Aside from noting how cool this is, as I was watching, I thought how straightforward this was – instead of letting the side of a building just provide a skin for the occupants, this transformed the side of the building into a dance floor.  (The other side of the building is a huge screen that lets people outside see and hear the concerts going on inside.)

It’s simple and, compared to lots of other civic events across the US, it is relatively inexpensive.  All it takes is some imagination to create this kind of Wow! experience in your city.

I realize, of course, that not every city has the large pool of artists, dancers, musicians, etc. that can be found in Miami.  So I’m not suggesting that every city imitate this particular event.  But every city has the potential for interesting experiences, which can be discovered with a little imagination.  

As the broadband-based video communications becomes more widespread and more of what we produce are intangible services and knowledge, there will be an increasing number of people who can make a living anywhere they choose to live.  What a city might have done to attract tourists in the past, it will have to do to retain and attract residents.  

Like SleepLess Night, give them a reason to be there.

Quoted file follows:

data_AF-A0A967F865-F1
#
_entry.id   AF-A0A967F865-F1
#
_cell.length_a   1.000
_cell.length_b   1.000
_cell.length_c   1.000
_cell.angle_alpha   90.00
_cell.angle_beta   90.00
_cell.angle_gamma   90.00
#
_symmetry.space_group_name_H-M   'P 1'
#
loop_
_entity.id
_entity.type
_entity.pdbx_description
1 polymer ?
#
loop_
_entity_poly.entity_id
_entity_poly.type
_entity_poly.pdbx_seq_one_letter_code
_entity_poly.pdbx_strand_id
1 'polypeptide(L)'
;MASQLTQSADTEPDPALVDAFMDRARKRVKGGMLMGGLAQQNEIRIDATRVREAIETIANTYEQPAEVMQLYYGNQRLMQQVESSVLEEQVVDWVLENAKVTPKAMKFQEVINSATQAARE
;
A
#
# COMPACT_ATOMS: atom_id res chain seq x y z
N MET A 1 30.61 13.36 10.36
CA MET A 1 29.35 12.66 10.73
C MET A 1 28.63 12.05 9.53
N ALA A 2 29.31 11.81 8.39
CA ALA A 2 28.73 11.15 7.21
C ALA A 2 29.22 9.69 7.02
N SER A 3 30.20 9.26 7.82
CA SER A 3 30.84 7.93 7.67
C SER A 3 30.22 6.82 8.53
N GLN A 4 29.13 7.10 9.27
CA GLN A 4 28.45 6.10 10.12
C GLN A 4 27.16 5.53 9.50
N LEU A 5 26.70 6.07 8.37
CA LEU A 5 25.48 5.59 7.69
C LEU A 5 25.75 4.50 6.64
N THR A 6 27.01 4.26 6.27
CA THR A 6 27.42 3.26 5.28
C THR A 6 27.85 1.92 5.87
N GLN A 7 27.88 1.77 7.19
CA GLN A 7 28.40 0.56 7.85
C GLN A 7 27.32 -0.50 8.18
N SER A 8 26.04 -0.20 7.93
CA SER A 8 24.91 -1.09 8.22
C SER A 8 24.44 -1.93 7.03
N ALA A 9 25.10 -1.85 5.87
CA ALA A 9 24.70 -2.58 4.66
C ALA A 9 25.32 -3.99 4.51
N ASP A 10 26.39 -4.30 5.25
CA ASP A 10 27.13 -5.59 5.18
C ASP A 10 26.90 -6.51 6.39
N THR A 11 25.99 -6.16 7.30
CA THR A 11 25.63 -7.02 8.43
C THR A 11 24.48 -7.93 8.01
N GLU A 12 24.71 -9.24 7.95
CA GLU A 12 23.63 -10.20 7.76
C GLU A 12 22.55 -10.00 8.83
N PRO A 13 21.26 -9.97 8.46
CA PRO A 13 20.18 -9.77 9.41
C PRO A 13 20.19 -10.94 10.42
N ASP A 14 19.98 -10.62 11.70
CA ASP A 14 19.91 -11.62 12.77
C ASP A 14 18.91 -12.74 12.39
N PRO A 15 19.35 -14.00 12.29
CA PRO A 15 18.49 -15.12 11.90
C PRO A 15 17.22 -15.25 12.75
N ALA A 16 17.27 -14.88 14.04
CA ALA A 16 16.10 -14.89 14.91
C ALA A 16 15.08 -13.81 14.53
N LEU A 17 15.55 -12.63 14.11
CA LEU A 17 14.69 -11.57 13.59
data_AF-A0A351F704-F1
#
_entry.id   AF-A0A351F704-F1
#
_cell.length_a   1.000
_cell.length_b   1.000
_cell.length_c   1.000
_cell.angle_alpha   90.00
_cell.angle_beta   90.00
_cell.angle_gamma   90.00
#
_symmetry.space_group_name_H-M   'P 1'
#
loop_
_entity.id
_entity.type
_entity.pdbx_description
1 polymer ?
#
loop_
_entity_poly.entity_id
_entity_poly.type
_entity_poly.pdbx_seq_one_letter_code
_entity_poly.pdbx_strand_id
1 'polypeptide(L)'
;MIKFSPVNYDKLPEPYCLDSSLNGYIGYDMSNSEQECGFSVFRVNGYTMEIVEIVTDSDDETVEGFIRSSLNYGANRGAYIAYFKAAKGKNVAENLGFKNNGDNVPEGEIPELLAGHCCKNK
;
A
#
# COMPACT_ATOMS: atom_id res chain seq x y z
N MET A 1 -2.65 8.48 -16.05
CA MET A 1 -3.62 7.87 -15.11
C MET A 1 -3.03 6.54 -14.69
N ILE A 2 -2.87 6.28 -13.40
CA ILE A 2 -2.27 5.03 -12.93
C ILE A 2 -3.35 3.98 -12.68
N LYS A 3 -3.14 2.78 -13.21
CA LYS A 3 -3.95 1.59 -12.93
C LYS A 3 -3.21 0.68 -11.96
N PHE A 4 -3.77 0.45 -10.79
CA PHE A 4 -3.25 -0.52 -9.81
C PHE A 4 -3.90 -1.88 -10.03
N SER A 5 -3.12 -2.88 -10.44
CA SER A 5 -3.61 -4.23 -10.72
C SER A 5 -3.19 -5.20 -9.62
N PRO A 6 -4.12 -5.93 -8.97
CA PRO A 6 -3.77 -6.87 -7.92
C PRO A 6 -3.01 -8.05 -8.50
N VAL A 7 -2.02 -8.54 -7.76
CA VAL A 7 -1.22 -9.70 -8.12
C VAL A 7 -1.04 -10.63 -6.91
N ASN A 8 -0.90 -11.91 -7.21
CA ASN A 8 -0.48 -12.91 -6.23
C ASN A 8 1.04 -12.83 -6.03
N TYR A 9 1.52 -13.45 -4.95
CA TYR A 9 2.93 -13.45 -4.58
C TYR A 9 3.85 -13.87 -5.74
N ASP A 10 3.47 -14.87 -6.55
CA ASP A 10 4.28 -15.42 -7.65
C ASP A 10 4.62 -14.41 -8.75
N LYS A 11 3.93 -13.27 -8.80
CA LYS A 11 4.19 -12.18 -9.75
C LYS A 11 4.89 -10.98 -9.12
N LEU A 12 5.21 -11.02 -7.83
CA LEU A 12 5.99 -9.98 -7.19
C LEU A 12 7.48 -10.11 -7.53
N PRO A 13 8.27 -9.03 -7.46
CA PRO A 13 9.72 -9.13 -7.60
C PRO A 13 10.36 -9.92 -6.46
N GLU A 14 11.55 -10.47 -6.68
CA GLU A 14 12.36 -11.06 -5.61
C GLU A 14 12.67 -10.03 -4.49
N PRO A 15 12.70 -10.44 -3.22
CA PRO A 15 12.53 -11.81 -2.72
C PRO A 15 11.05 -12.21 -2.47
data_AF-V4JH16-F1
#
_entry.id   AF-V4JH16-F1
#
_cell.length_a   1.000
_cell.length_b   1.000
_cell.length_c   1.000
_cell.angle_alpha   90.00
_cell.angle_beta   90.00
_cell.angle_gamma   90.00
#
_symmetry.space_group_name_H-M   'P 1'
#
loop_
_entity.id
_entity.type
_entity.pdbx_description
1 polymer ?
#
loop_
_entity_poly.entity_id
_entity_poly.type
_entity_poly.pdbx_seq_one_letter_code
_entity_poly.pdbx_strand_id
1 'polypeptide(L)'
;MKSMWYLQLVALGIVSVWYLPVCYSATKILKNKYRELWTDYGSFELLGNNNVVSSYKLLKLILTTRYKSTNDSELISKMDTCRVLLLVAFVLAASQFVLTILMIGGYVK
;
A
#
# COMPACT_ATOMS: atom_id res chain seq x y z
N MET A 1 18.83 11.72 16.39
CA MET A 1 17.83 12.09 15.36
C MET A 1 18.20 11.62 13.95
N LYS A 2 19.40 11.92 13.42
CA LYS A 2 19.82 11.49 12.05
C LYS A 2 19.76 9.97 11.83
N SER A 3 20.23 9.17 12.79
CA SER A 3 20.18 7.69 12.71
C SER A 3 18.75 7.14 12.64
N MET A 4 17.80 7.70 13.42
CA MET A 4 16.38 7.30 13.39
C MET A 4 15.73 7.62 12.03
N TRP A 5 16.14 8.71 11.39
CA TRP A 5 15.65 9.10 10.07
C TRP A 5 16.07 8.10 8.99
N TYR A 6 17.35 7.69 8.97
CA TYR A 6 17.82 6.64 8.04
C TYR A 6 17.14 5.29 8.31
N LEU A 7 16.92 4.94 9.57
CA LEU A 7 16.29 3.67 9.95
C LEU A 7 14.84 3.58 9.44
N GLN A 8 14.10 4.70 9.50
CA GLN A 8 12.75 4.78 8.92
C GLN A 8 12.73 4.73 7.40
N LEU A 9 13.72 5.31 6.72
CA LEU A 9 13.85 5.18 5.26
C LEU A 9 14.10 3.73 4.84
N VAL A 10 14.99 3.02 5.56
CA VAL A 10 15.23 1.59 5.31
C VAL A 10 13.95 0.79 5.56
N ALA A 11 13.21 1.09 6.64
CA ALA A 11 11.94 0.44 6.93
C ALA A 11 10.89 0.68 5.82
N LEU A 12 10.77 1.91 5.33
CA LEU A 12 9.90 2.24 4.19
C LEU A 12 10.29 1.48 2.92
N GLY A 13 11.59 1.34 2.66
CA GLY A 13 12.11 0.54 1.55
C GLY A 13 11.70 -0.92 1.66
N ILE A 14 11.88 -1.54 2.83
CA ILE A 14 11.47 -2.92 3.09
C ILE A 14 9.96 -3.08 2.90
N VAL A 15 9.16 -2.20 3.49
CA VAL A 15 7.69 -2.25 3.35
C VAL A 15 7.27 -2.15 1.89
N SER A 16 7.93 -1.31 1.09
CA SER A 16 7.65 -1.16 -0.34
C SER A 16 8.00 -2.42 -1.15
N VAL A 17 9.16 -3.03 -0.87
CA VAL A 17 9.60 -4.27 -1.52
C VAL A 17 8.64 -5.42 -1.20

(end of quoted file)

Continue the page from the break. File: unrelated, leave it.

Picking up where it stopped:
© 2011 Norman Jacknis


From 1954, AT&T’s instruction for the last “communications revolution.” Is this what we need for the successful introduction of broadband?  😉

© 2011 Norman Jacknis


I put together this PowerPoint to help government officials understand how the Internet is changing people’s perception about how government should operate and to scare them a bit if they don’t respond to this trend.  It is intentionally edgy and provocative.

© 2011 Norman Jacknis


We are impatient and quick to dismiss ideas that don’t take hold quickly, but I regularly see evidence of how long it takes a new technology to become accepted.  For example, it might be worth considering the success of iPad as a delivery mechanism for newspapers in light of this 7 minute video from 1994.  (Courtesy of Teresa Martin.)

© 2011 Norman Jacknis

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Chattanooga Gigabit Fiber To Every Building

This is a segment of the Council for the New American City at the US Conference of Mayors Annual Meeting, June 17, 2011. It features Mayor Ron Littlefield and Norman Jacknis, Cisco IBSG Public Sector Director discussing the gigabit fiber network that the city has deployed throughout its metro area and its implications for future economic development.